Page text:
FAR FROM HEAVEN (Todd Haynes, 2002 Rating: NNNN
Far From Heaven has picked up a huge majority of the critics groups' best-actress honours for Julianne Moore's incarnation of an upper-middle-class Connecticut homemaker in Todd Haynes's mind-warping recreation of the world of Douglas Sirk's 50s melodramas, particularly All That Heaven Allows. Indeed, one of the year's great jokes is that Far From Heaven has been nominated as best original screenplay, when at times it's a scene-for-scene remake of the Sirk film.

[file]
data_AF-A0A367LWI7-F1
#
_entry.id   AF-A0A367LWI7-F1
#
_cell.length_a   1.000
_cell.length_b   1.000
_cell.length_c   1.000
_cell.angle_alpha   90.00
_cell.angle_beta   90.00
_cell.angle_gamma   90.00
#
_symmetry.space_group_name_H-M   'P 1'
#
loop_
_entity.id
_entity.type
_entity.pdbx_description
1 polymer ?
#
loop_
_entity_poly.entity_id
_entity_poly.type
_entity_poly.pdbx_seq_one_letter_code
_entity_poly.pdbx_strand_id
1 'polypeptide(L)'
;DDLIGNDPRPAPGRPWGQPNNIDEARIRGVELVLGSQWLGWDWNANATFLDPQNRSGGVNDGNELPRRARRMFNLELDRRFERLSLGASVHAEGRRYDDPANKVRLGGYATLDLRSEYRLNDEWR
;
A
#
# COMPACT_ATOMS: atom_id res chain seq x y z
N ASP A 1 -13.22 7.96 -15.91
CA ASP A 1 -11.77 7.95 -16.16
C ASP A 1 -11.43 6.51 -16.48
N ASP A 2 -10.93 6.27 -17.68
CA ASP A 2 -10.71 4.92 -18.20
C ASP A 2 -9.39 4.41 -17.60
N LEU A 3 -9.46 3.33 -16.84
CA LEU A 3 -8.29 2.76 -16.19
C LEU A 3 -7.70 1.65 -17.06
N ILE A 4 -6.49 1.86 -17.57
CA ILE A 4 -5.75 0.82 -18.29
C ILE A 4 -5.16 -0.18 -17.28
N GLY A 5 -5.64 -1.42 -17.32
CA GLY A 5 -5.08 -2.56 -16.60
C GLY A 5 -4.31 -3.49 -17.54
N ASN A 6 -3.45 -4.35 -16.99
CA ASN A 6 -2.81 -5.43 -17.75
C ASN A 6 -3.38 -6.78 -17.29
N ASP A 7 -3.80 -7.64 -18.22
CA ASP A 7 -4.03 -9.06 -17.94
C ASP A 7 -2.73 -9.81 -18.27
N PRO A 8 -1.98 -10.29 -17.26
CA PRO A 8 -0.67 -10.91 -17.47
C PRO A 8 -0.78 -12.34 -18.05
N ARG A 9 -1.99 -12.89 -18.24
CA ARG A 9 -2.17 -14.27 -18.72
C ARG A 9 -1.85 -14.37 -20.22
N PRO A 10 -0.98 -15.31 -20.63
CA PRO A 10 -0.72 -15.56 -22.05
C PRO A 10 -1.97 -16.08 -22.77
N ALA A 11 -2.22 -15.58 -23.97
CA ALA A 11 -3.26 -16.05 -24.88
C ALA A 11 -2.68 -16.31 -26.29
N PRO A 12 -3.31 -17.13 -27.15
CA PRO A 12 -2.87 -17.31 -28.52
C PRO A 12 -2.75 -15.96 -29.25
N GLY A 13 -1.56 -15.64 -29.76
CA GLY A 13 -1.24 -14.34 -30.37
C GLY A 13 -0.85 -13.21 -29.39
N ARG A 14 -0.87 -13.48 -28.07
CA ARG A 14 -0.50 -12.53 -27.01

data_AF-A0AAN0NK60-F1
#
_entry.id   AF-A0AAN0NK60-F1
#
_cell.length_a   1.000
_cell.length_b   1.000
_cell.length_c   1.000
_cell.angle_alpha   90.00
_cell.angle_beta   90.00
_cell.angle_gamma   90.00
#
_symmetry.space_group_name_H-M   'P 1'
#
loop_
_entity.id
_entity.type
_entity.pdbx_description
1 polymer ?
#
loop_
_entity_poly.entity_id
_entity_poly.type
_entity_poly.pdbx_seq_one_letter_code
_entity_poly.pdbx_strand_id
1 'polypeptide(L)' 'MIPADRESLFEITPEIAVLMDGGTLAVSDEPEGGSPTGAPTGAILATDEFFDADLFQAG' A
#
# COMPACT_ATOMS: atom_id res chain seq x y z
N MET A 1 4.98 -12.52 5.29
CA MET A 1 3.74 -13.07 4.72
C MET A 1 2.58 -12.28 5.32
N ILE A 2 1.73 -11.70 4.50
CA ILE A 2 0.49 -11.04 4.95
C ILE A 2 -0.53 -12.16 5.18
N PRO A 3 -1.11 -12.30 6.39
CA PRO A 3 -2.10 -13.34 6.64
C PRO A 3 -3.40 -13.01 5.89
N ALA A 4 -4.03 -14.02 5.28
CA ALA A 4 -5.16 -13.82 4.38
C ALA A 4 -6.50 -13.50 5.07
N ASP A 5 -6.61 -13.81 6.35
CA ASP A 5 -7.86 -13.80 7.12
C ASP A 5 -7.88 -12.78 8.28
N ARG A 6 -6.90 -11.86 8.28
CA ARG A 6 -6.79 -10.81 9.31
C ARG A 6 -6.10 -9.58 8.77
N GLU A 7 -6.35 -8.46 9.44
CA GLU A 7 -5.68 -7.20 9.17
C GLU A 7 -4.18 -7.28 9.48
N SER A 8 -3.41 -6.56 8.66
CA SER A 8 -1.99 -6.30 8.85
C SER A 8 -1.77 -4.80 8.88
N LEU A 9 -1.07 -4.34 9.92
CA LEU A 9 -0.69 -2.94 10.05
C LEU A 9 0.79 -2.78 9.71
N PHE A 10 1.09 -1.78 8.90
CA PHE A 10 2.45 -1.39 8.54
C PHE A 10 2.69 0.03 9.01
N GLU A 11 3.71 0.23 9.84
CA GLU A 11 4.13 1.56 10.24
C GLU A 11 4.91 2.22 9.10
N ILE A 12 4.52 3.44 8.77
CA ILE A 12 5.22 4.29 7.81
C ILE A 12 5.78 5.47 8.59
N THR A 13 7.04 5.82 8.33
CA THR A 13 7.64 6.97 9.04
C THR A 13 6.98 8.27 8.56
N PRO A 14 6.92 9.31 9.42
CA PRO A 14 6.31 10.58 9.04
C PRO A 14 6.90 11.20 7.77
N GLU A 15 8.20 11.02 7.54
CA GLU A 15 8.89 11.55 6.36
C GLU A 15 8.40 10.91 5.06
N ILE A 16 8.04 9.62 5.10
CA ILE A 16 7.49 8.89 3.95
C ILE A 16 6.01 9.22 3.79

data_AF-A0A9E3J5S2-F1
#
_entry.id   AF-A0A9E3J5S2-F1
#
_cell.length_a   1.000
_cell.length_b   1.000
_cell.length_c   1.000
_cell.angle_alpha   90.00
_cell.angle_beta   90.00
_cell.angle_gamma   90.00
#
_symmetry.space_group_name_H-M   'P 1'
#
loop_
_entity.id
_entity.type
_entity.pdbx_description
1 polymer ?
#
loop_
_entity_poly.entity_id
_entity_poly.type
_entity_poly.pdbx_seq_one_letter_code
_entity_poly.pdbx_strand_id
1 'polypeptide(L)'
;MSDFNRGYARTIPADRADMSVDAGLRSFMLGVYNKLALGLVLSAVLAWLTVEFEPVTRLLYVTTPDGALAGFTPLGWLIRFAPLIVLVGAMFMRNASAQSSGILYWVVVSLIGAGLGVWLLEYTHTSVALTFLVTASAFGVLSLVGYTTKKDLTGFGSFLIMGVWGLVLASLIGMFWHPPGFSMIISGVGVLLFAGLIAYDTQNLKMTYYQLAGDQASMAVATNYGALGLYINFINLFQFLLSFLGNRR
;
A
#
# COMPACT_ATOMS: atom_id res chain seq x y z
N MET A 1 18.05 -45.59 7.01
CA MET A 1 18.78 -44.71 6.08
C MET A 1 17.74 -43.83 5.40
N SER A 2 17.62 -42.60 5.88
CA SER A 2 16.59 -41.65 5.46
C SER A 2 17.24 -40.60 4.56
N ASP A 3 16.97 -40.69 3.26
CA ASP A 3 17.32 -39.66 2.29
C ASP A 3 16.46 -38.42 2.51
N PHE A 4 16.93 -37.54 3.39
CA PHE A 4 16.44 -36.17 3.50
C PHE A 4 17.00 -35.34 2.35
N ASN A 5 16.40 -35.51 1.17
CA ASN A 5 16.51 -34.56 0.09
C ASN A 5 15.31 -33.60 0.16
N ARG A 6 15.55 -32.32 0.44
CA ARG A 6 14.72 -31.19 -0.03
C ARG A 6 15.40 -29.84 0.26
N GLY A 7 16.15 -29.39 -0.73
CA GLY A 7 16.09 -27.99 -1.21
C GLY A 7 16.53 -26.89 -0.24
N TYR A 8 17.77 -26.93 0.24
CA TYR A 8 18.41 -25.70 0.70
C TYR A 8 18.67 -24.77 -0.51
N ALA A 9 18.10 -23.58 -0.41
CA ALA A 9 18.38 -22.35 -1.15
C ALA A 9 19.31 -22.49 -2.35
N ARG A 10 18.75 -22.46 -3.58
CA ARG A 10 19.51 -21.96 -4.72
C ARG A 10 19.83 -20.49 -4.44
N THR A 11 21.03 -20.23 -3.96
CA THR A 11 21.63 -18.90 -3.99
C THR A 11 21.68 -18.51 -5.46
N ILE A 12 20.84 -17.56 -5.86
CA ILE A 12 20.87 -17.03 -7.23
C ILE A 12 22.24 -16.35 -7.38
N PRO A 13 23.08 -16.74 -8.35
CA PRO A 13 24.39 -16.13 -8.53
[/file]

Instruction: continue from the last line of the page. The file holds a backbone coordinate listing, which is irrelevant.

Moore's Cathy gets her apple cart upset when she discovers that her husband, a memorable Dennis Quaid, has sexual needs that aren't being answered at home and that she's strangely attracted to her gardener (Dennis Haysbert), who's black. Moore gives a stunning performance, but this movie is less about character than it is about Haynes's fetishization of a long-dead style of filmmaking. (Revue, February 7 to 11; Bloor, February 7 to 12; Music Hall, February 12)